Townsend, who is active in the Cop Watch (or police accountability)  movement, was arrested without cause on February 2nd in Meridian, Idaho for the supposed offense of walking away from a cop who wouldn’t charge him with an actual crime. On the eve of his hearing he protested that mistreatment in a Facebook post promising a “shame campaign” against his kidnapper, Officer Richard Brockbank of the Meridian Police Department – and any public officials who collaborated in that outrage.

The Meridian PD wanted to prosecute Townsend for felonious “intimidation of a state witness,” a charge without merit that summarily convicts Officer Brockbank of cowardice. The intent was to have Townsend arrested before or during the March 19th hearing on his “resist and obstruct” charge. 

“Your Honor, the State has received information that Mr. Townsend has been making threats to the Meridian Police Department,” intoned prosecutor Abbey Germaine melodramatically. “Based on that information and the contents of that threat the State will be moving to revoke Mr. Townsend’s bond. We’ll also be asking for a no contact order in this matter in regards to the officer involved in this case and any relevant family members in that message.”

Happier times: Matt responsibly enjoys an adult beverage.
The offending Facebook post expressed Townsend’s intent to conduct “a non-violent and legal shame campaign that will be remembered.” 

Nothing therein could be construed as a threat of any kind, let alone what is called a “true threat” as defined in current case law – under which the statement in question would have to be evidence of imminent, unlawful violence.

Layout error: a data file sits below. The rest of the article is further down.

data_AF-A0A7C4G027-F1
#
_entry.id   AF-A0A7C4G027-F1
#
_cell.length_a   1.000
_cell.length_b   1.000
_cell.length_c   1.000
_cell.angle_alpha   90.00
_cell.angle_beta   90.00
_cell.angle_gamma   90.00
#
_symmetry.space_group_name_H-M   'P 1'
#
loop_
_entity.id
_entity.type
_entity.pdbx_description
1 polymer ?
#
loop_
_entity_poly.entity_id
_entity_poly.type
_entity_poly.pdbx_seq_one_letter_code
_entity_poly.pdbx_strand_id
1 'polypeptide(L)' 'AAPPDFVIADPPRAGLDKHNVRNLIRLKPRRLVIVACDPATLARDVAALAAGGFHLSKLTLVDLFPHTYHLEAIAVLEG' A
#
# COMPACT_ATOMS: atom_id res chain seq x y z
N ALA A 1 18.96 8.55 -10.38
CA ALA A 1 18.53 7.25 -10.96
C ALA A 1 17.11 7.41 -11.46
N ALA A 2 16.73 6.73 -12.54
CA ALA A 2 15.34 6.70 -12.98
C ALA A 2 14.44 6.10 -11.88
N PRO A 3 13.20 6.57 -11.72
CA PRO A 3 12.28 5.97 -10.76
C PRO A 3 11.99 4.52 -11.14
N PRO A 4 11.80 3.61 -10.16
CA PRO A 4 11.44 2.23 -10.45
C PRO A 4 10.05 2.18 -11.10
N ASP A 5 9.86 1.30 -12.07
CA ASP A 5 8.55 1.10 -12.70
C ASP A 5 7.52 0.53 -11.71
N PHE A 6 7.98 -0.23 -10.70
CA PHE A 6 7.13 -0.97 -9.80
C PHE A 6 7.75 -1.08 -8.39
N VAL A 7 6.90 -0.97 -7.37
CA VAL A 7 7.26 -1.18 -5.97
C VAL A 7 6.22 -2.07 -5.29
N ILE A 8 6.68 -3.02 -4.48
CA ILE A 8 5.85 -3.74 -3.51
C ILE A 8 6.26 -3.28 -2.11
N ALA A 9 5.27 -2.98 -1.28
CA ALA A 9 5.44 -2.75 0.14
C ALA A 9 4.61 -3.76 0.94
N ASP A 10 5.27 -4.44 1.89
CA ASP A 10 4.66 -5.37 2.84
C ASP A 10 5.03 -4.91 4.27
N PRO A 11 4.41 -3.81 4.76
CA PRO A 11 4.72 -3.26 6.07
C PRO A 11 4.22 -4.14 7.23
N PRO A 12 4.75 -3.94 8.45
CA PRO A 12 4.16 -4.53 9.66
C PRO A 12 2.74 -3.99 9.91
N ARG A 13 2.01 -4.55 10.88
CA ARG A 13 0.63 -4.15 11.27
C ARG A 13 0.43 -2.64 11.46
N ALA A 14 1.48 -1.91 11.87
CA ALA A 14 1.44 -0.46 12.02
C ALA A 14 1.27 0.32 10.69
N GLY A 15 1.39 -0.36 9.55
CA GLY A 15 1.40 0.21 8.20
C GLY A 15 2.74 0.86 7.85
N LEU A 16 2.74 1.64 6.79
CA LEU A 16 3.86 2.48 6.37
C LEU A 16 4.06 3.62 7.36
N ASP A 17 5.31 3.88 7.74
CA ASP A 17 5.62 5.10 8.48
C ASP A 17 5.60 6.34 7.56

Seeking to disseminate his message, Townsend tagged dozens of people – including every significant media outlet in Idaho, and several others nation-wide. He also tagged everyone he could find who shared Officer Brockbank’s surname.

“In Mr. Townsend’s desire to get the message out as well as he could, he tagged a number of individuals,” explained the defendant’s court-appointed defense attorney. “He does not know these individuals. All he was doing was using what Facebook would tell him, finding every individual with the same last name as the officer, and getting the message out.”

“There has never been any violence alleged,” continued the defense counsel. “There has never been any threat of violence alleged. It specifically says within the context that was shown to the court, and was shown to counsel here today, that he’s [prepared to undertake] a `shaming’ program. A non-violent program. He’s doing exactly what Dr. Martin Luther King wanted to do – he’s doing it in the age of social media. He is trying to shame the government, which is First Amendment-protected speech. What he did does not warrant an increase in bond.”